• "Local Modernities" i.e., The Impact of Particular Political, Economic, and Social Conditions on Architecture and the Design Fields
  • Architecture and the Digital Humanities
  • Contributing editor for Architecture and Urbanism for the web-based research platform, Hypermedia Berlin. Hypermedia Berlin, originated by Professor Todd Presner at UCLA, is an interactive, multi-institutional, web-based research platform and collaborative authoring environment for analyzing the cultural, architectural, and urban history of Berlin. The intuitive interface is being refined to allow users to contribute scholarly content as well as search for digital assets (text, image, audio, video files and multimedia items) by temporal and geographic coordinates. Currently available as an interlinked set of 50 detailed, fully navigable maps covering 800 years of Berlin's history, Hypermedia Berlin is developing two additional features: a searchable database of Berlin’s urban, architectural, and cultural history, a Google Maps interface augmented by software developed by the UCLA Center for Digital Humanities. Hypermedia Berlin is setting out to provide collaborative answers to a set of particularly compelling questions facing scholars today, namely: What forms of innovative scholarship and teaching will develop with the aid of digital tools in the twenty-first century? How will academic work be created, disseminated, and preserved in our age of new media? And, finally, what kind of challenges will face the scholarly community and what new venues for publication will be opened up? Visit http://dev.cdh.ucla.edu/Hypermedia/
  • Publications:

    Books and Book Chapters:
    Before the Bauhaus: Architecture, Politics and the German State 1890 - 1920 . Cambridge: Cambridge University Press, 2005. 386 pp.; 129 illustrations; 2 appendices. Available in paperback as of May 2008; Japanese transration available 2009.

    2006, University of Minnesota Press: "Wilhelmine Precedents to the Bauhaus: Hermann Muthesius, the Prussian State, and the German Werkbund." Chapter One in Kathleen James-Chakraborty, ed., Bauhaus Culture: From Weimar to the Cold War, pp. 1-25.
    Journal Articles:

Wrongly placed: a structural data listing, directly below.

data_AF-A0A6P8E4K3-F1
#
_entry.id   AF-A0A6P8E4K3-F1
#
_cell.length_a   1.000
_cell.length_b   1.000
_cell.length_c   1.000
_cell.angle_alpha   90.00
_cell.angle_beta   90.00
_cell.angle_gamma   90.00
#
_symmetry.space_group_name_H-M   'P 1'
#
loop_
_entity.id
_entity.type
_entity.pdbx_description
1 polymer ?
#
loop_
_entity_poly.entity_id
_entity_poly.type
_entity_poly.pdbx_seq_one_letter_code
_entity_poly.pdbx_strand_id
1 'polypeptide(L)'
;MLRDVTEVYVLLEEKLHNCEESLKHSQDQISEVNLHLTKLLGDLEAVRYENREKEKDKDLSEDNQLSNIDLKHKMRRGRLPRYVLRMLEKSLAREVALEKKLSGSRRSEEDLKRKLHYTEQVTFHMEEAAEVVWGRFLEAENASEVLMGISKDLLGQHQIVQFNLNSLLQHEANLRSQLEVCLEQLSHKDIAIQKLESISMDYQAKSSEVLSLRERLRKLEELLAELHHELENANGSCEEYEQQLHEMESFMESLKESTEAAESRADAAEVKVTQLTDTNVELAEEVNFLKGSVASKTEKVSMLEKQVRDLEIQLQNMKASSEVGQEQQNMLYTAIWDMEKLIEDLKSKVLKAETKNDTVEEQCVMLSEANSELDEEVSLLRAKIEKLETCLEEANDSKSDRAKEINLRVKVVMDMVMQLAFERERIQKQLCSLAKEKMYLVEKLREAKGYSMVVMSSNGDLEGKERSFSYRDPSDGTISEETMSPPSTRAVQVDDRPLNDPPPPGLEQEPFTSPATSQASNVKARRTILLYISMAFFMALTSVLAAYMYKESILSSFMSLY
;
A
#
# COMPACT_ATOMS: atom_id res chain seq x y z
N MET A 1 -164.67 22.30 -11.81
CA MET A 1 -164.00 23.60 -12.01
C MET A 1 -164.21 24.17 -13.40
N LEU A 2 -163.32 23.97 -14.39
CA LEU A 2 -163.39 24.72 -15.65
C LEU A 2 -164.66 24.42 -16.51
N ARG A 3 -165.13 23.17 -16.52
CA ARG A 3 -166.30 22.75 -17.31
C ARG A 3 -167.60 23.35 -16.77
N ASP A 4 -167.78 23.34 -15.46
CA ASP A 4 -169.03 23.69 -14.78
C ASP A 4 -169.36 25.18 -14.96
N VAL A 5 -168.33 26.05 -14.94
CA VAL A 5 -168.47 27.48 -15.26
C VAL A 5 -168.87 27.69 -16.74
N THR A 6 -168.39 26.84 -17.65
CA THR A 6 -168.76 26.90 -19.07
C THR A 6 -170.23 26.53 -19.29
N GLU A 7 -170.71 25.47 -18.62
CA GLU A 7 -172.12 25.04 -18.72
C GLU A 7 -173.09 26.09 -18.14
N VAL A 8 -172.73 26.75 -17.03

Links to Published Articles:
  • “The Production and Display of the Domestic Interior in Wilhelmine Germany, 1900-1914.”German History 25(2007):490-516. Special issue titled “ Modernity Begins at Home: Consumption, Tecnology and Modernity, ” edited by Jenifer Jenkins (University of Toronto).
  • “'Sachlicher, wirtschaftlicher, zweckmässiger:' 100 Jahre 'Lehrwerkstätten-Erlass' vom Preussischen Ministerium für Handel und Gewerbe” [“’More Objective, More Economical, and More Purposeful:" The 100 Year Anniversary of the Prussian Ministry of Commerce and Industry" 'Instructional Workshops Decree'“], Scholion 4 (2006 [Zürich]): 120-31.
  • “Werkbundpolitik and Weltpolitik: The German State" Interest in Global Commerce and ‘Good Design,"1912-1914.” German Politics and Society 23 (Spring 2005): 102-27.
  • “Baltic Shores, Western Winds: Lithuanian Architects and the Subversion of the Soviet Norm.” Centropa: A Journal of Central European Architecture and the Related Arts 1 Nr. 2 (May 2001): 108-116.
  • "Adolf Loos And The Aphoristic Style: Rhetorical Practice in Early Twentieth-Century Design Criticism" Design Issues 16 Nr. 2 (Summer 2000): 75-86.
  • “East Bloc, West View: Architecture and Lithuanian National Identity.”Traditional Dwellings and Settlements Review 11 Nr. 1 (1999): 23-35.
  • “Art in the Age of Government Intervention: Hermann Muthesius, Sachlichkeit, and the State, 1897-1907.” German Studies Review 21 Nr. 2 (May 1998): 285-308.